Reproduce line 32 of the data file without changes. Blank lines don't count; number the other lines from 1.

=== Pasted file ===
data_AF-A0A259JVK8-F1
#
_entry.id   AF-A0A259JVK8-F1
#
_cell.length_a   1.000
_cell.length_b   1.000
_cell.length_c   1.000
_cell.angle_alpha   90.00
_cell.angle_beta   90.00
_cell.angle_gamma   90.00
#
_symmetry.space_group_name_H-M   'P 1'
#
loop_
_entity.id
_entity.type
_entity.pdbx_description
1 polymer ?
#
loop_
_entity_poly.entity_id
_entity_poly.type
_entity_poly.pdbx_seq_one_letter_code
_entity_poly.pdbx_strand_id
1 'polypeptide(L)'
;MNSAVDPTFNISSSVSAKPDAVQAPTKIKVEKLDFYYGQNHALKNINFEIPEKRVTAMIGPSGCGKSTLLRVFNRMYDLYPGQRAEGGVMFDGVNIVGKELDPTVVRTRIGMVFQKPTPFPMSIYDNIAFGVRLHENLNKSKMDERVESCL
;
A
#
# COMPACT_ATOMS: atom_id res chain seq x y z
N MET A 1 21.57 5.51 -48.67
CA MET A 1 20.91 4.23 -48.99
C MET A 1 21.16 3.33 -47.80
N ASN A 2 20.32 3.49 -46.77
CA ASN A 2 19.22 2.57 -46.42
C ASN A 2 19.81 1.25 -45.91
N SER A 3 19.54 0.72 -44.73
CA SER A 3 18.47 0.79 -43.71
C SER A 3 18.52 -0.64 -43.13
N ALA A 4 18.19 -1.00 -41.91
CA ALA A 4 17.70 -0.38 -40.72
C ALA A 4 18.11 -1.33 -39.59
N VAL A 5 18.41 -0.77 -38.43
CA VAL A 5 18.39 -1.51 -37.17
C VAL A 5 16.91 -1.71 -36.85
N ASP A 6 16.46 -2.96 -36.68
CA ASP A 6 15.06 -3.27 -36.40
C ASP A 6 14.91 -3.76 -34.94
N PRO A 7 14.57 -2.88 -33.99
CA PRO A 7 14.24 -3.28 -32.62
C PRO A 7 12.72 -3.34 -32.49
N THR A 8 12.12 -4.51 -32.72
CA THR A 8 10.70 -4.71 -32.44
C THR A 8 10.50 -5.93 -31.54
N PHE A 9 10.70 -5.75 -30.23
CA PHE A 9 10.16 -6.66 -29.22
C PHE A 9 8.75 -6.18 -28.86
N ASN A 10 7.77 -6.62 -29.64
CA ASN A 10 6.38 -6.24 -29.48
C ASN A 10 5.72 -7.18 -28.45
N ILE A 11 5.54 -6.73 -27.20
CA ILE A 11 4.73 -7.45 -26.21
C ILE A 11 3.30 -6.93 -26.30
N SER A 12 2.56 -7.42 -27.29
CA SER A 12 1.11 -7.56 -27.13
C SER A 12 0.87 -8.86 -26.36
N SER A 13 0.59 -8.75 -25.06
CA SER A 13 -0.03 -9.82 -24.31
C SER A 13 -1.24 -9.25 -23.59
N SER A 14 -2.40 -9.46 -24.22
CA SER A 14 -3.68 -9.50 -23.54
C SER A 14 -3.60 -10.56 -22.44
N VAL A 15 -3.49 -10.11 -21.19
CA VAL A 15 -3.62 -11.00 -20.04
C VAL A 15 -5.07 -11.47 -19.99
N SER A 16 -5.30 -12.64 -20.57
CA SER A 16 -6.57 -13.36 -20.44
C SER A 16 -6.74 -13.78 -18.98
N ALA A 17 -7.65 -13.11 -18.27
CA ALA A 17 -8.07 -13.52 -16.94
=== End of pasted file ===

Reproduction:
CA MET A 1 20.91 4.23 -48.99